Morale should not be looked upon as the only source of success. Even the best employee cannot make bricks without straw. But the best employee can do much, much better gives the same materials that can the worker whose morale is low. It is now pertinent to note the factors which have an effect upon employee morale. As a broad statement, anything can do influence the attitude of employees, the factors are limitless. But practically speaking, morale is related to the following:
1. Employee factors
The quality of morale is definitely influenced by the type of employees.
Understanding has significant effects upon morale. And understanding is dependent in part upon the ability of people to understand. If then, the ability of employees to understand reasonable explanations is low, management, try as it may, will not be able to get across its messages. Thus, in its hiring policies, a company should seek not only people who are capable of doing their jobs but also those who can grasp the logical relationship and rewards involved in group effort. The status and roles of employees have a bearing upon the possibilities of morale development. Employees may be members of a union.
In that case, they will invariably take on attitudes are reactions because of their membership. This does not mean that such attitudes will necessarily be negative. But it does mean that management will have to deal with a group which is not easy to convince of the views it considers correct. Even when not organized, labor may take on particular attitudes because of such things as labor- management history in a given community or the manner in which labor looks upon itself in the factory.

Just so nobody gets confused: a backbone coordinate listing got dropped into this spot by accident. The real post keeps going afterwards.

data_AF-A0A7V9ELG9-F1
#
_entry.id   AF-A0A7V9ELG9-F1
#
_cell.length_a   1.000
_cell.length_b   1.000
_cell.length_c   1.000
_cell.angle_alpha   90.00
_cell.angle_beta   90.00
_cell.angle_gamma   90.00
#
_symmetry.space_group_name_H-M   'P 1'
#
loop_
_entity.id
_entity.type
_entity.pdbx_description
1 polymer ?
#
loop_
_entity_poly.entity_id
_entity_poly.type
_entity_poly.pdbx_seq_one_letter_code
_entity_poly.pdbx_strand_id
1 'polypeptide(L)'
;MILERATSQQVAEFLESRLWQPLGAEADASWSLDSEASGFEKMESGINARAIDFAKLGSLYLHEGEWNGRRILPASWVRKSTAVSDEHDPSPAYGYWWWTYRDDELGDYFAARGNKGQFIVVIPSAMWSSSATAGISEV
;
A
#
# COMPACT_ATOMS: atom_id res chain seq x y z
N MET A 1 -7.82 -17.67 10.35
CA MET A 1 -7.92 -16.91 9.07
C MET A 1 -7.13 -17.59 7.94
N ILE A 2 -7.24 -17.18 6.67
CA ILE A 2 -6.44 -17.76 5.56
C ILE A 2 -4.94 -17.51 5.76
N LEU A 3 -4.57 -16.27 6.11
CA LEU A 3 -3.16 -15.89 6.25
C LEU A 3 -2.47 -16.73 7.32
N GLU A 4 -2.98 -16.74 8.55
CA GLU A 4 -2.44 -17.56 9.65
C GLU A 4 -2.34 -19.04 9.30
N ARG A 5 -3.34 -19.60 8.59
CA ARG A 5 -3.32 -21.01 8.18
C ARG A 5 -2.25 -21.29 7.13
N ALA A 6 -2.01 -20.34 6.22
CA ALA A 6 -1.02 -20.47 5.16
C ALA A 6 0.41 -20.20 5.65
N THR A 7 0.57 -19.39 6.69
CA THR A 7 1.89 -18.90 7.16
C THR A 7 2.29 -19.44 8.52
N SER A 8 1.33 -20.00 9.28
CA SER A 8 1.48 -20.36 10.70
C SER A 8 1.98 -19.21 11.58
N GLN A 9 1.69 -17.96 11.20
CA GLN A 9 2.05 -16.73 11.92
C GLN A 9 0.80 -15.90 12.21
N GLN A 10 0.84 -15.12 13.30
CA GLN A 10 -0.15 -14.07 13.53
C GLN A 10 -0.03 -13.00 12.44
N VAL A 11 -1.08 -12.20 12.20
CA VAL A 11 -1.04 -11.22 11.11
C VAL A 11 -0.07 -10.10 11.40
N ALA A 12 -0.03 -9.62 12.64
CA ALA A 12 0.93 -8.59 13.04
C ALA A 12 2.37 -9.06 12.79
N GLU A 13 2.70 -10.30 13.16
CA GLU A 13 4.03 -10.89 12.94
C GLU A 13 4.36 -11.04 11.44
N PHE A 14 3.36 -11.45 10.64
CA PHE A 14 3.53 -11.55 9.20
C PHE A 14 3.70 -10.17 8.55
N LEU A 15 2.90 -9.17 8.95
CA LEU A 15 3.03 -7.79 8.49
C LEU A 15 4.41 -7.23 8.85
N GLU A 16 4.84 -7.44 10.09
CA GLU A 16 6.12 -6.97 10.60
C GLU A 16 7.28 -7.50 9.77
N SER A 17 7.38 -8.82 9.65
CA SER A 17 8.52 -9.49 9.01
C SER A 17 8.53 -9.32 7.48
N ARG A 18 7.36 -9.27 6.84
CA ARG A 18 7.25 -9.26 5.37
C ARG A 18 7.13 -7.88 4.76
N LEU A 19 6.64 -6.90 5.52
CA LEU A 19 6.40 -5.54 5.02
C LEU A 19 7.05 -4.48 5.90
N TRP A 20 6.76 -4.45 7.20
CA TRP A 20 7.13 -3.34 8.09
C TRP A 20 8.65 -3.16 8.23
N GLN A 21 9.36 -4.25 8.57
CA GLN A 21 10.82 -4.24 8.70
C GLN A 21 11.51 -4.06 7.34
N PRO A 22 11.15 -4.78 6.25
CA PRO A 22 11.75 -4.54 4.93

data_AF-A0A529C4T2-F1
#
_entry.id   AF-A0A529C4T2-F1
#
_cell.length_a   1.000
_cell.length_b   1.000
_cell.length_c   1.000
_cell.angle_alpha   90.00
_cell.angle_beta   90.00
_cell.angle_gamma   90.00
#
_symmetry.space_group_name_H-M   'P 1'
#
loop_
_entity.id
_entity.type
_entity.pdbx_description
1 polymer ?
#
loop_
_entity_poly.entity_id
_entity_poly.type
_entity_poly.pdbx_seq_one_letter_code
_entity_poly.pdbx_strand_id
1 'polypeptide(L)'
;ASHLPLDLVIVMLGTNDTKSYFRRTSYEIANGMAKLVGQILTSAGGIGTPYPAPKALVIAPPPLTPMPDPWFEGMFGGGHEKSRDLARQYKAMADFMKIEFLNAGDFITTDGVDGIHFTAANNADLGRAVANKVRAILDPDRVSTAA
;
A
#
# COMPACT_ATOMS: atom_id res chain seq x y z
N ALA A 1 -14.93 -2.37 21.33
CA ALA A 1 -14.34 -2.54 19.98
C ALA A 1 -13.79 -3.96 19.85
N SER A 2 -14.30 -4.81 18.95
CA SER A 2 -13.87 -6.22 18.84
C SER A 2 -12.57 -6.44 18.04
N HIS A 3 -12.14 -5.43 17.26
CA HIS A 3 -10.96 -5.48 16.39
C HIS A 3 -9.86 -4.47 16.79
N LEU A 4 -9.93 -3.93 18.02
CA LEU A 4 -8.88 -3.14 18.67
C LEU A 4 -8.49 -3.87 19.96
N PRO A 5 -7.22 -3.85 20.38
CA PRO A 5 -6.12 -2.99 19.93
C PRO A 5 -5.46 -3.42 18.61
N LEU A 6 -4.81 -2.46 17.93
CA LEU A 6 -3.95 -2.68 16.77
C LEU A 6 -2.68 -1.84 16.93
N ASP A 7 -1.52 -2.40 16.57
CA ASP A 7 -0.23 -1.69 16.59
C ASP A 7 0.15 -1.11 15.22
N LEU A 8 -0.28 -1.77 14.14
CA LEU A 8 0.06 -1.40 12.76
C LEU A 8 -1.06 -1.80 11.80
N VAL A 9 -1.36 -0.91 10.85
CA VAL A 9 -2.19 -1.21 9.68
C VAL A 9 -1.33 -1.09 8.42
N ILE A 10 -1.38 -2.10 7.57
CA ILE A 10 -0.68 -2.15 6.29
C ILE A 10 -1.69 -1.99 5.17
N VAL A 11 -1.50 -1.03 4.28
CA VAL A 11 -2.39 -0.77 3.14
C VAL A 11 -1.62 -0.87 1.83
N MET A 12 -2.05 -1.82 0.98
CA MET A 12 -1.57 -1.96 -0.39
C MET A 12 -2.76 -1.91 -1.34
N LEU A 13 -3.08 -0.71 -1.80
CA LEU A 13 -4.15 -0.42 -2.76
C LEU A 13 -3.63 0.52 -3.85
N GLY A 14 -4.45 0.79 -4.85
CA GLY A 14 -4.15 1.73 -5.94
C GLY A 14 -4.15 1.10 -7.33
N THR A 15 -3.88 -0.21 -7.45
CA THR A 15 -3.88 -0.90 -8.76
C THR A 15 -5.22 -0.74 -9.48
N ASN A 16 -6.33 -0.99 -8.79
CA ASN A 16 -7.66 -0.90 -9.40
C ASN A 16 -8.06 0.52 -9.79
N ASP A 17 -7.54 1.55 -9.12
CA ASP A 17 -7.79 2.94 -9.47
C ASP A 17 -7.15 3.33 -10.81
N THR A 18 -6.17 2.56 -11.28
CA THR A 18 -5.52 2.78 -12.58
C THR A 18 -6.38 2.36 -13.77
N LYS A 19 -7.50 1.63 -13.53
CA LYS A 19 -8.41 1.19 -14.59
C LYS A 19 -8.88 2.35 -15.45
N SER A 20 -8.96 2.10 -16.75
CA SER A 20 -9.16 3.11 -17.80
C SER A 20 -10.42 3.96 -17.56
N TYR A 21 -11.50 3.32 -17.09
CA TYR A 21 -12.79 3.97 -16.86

2. Management Practices
The most important group of factors affecting morale are those falling within the province of management.
Few employees; indeed would be aware of or disinterested in how management deal with such matters of pertinence to them as goals, policies, procedures and communications. Any of these subjects can have serious impact upon the morale of the employees. Any one of these areas has more than enough powder to blow upon the relations between labor and management. The behavior of executives is particularly significant as a morale factor. Some executives are autocratic in their attitude toward subordinates. Others imply a feeling that they are better that their subordinates that the latter are second class citizens.
Others are suspicious of the motives and actions of employees and openly indicate their lack of confidence. Other avoid, if not despise, the company of their workers. And still others are contemptuous of the intelligence of employees. Such attitudes are quickly noted. Obviously, it is natural for employees to return a negative attitude of mind. To reverse these behaviorisms serves to enhance the morale of employees. The author indeed emphasized how leadership style of management could affects the morale of the employees as one factor of morale development.
3. Extra Company forces and factors